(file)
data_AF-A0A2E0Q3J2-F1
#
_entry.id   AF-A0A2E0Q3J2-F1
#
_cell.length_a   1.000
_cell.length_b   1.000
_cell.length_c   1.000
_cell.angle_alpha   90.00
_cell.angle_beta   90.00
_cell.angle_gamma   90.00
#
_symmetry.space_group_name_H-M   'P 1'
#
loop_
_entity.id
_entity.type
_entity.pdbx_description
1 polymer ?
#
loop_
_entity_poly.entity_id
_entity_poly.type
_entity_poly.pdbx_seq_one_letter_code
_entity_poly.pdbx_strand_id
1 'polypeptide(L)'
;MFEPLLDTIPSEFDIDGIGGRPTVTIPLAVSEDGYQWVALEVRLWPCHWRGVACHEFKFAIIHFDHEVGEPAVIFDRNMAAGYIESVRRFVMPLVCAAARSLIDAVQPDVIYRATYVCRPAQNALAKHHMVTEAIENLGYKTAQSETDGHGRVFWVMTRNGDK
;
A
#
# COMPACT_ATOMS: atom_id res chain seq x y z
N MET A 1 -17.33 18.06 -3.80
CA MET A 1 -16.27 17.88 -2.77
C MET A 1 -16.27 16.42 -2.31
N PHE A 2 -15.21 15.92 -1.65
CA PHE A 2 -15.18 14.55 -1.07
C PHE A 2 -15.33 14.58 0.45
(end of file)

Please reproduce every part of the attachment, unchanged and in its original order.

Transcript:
data_AF-A0A2E0Q3J2-F1
#
_entry.id   AF-A0A2E0Q3J2-F1
#
_cell.length_a   1.000
_cell.length_b   1.000
_cell.length_c   1.000
_cell.angle_alpha   90.00
_cell.angle_beta   90.00
_cell.angle_gamma   90.00
#
_symmetry.space_group_name_H-M   'P 1'
#
loop_
_entity.id
_entity.type
_entity.pdbx_description
1 polymer ?
#
loop_
_entity_poly.entity_id
_entity_poly.type
_entity_poly.pdbx_seq_one_letter_code
_entity_poly.pdbx_strand_id
1 'polypeptide(L)'
;MFEPLLDTIPSEFDIDGIGGRPTVTIPLAVSEDGYQWVALEVRLWPCHWRGVACHEFKFAIIHFDHEVGEPAVIFDRNMAAGYIESVRRFVMPLVCAAARSLIDAVQPDVIYRATYVCRPAQNALAKHHMVTEAIENLGYKTAQSETDGHGRVFWVMTRNGDK
;
A
#
# COMPACT_ATOMS: atom_id res chain seq x y z
N MET A 1 -17.33 18.06 -3.80
CA MET A 1 -16.27 17.88 -2.77
C MET A 1 -16.27 16.42 -2.31
N PHE A 2 -15.21 15.92 -1.65
CA PHE A 2 -15.18 14.55 -1.07
C PHE A 2 -15.33 14.58 0.45